In a study by research firm Javelin, it was found that financial institutions continue struggling to provide a true start-to-finish account opening solution on a single digital channel. Of the survey participants, only one out of eight offered a start-to-finish experience on a smartphone or tablet. With high abandonment rates on mobile channels, financial institutions that are first to market with an end-to-end mobile account opening solution have a leg up when attracting the highly-coveted Millennial consumer segment.
There are four strategies that a financial institution should consider to ensure that the user experience caters to the limitations of the mobile channel as well as capitalizes on its advantages. Just remember, a mobile-optimized experience goes beyond responsive design or a website that works on smartphone.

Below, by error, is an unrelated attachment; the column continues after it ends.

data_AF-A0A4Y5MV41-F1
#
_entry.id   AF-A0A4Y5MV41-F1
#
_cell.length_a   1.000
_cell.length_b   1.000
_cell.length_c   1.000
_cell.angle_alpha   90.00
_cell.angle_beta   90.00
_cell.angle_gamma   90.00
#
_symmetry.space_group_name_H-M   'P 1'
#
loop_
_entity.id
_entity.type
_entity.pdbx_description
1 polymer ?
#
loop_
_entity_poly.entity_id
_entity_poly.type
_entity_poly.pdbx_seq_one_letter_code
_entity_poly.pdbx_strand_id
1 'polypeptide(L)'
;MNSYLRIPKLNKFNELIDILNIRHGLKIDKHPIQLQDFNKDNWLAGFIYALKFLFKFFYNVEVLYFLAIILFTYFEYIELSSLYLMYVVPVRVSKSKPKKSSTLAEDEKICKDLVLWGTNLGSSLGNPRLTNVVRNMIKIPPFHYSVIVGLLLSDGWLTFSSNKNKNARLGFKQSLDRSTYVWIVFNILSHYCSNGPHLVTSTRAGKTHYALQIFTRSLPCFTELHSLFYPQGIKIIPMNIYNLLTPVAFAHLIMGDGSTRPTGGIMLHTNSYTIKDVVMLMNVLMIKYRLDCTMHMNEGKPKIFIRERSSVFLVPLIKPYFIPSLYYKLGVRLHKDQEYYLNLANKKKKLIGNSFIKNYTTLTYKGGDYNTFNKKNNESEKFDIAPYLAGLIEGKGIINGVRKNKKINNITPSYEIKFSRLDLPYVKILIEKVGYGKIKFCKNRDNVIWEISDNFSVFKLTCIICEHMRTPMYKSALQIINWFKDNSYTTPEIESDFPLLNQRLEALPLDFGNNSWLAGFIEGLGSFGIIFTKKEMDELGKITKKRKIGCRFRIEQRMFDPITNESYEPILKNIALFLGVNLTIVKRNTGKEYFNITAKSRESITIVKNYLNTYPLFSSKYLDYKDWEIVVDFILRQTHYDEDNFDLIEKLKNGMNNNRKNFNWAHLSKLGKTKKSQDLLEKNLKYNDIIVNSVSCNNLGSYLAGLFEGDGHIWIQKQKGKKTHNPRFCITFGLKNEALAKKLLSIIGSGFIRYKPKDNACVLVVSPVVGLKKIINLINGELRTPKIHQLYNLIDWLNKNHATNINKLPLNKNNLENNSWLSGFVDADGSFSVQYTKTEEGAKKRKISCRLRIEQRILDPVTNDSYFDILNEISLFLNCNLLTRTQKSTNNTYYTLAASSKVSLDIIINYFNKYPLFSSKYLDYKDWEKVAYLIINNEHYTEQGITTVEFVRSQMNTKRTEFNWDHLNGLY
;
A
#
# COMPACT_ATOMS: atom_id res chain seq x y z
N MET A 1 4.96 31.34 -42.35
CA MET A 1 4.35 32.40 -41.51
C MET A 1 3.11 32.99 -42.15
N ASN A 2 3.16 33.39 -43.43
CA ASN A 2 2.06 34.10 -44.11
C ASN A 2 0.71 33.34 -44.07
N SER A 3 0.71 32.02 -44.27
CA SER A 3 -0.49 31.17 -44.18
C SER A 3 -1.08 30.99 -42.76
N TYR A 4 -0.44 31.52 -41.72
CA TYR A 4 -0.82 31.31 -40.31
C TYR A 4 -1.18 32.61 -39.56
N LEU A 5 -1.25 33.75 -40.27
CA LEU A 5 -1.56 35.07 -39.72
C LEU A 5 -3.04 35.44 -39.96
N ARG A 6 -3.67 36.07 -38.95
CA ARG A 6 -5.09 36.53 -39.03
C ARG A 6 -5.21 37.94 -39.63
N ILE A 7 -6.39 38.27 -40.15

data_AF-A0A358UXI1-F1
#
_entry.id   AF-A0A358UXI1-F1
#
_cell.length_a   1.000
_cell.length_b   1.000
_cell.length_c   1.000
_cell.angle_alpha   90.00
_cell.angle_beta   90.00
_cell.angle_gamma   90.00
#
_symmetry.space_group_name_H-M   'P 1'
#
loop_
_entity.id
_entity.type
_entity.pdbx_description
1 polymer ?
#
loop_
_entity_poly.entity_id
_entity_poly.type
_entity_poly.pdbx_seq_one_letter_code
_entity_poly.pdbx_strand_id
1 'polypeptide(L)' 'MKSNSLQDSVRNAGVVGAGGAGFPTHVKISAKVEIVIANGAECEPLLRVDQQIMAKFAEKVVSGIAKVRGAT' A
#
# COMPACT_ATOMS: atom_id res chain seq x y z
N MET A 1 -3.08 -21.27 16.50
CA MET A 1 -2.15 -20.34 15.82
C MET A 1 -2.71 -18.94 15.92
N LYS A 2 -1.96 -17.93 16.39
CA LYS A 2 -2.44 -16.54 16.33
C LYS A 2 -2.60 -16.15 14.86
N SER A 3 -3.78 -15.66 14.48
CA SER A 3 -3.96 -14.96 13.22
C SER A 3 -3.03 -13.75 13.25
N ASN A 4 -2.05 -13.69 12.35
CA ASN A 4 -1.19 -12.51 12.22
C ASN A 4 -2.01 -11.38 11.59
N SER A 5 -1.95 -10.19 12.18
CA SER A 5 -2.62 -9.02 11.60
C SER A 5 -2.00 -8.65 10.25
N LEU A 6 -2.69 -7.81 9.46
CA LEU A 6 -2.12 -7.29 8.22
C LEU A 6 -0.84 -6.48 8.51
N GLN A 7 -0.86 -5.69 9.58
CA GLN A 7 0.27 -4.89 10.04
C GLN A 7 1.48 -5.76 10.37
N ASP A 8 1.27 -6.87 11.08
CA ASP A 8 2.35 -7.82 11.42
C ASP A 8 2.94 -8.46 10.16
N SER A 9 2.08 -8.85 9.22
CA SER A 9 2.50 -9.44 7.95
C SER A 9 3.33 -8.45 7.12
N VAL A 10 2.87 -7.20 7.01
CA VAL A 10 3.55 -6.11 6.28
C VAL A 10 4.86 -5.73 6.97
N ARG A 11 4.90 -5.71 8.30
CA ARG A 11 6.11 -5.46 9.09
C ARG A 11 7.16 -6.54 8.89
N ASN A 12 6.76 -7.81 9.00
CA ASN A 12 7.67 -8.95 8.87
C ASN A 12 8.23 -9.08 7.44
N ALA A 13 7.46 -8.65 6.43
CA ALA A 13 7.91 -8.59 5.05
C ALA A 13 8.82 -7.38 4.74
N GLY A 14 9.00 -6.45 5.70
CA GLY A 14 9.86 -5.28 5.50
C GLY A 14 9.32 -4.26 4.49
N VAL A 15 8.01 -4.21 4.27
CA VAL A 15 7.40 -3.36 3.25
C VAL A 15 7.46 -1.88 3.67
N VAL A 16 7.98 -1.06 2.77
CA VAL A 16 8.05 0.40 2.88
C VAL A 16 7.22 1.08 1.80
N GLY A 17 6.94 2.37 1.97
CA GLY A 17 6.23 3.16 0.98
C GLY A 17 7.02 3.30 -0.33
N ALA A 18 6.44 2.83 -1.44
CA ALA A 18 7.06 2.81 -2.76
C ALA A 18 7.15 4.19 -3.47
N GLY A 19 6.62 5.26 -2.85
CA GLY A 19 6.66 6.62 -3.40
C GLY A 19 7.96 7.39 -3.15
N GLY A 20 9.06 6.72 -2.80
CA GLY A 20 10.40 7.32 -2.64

1. ‘Responsive’ is Not ‘Mobile-Optimized’
Often websites that are built for the desktop first using responsive design lack the refinement that can be the difference between a new customer and a detractor on a mobile channel. Nothing is more aggravating for consumers than hitting the wrong button or having to retype information. Simple design elements can make a big difference in your mobile experience, such as:
- Increasing the size of buttons to make them “thumb friendly”
- Stacking buttons as opposed to placing them next to each other.
- Using larger text.
- Using mobile friendly features of the operating systems such as the calendar controls used by the Android and iOS as opposed to desktop preferred versions.
2. Photo Op: Capture the Opportunity